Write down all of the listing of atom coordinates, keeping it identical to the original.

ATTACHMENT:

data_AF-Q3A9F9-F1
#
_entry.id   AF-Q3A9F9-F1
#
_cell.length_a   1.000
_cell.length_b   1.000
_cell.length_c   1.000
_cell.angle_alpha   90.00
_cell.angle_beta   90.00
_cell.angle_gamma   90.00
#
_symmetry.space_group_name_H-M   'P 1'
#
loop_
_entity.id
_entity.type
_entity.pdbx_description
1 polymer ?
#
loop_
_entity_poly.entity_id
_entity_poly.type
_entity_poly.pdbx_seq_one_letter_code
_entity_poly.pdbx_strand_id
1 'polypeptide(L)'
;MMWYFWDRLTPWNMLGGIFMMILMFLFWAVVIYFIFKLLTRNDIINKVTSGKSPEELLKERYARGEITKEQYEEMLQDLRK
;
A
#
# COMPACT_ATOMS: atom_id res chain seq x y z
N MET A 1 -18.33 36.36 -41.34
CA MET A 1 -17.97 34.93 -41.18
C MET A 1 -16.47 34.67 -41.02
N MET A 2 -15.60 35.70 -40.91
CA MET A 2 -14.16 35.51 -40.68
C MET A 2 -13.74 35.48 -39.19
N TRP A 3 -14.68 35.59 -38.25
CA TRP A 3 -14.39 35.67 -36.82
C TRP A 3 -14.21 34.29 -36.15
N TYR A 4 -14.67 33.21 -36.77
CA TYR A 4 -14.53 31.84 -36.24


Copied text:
data_AF-Q3A9F9-F1
#
_entry.id   AF-Q3A9F9-F1
#
_cell.length_a   1.000
_cell.length_b   1.000
_cell.length_c   1.000
_cell.angle_alpha   90.00
_cell.angle_beta   90.00
_cell.angle_gamma   90.00
#
_symmetry.space_group_name_H-M   'P 1'
#
loop_
_entity.id
_entity.type
_entity.pdbx_description
1 polymer ?
#
loop_
_entity_poly.entity_id
_entity_poly.type
_entity_poly.pdbx_seq_one_letter_code
_entity_poly.pdbx_strand_id
1 'polypeptide(L)'
;MMWYFWDRLTPWNMLGGIFMMILMFLFWAVVIYFIFKLLTRNDIINKVTSGKSPEELLKERYARGEITKEQYEEMLQDLRK
;
A
#
# COMPACT_ATOMS: atom_id res chain seq x y z
N MET A 1 -18.33 36.36 -41.34
CA MET A 1 -17.97 34.93 -41.18
C MET A 1 -16.47 34.67 -41.02
N MET A 2 -15.60 35.70 -40.91
CA MET A 2 -14.16 35.51 -40.68
C MET A 2 -13.74 35.48 -39.19
N TRP A 3 -14.68 35.59 -38.25
CA TRP A 3 -14.39 35.67 -36.82
C TRP A 3 -14.21 34.29 -36.15
N TYR A 4 -14.67 33.21 -36.77
CA TYR A 4 -14.53 31.84 -36.24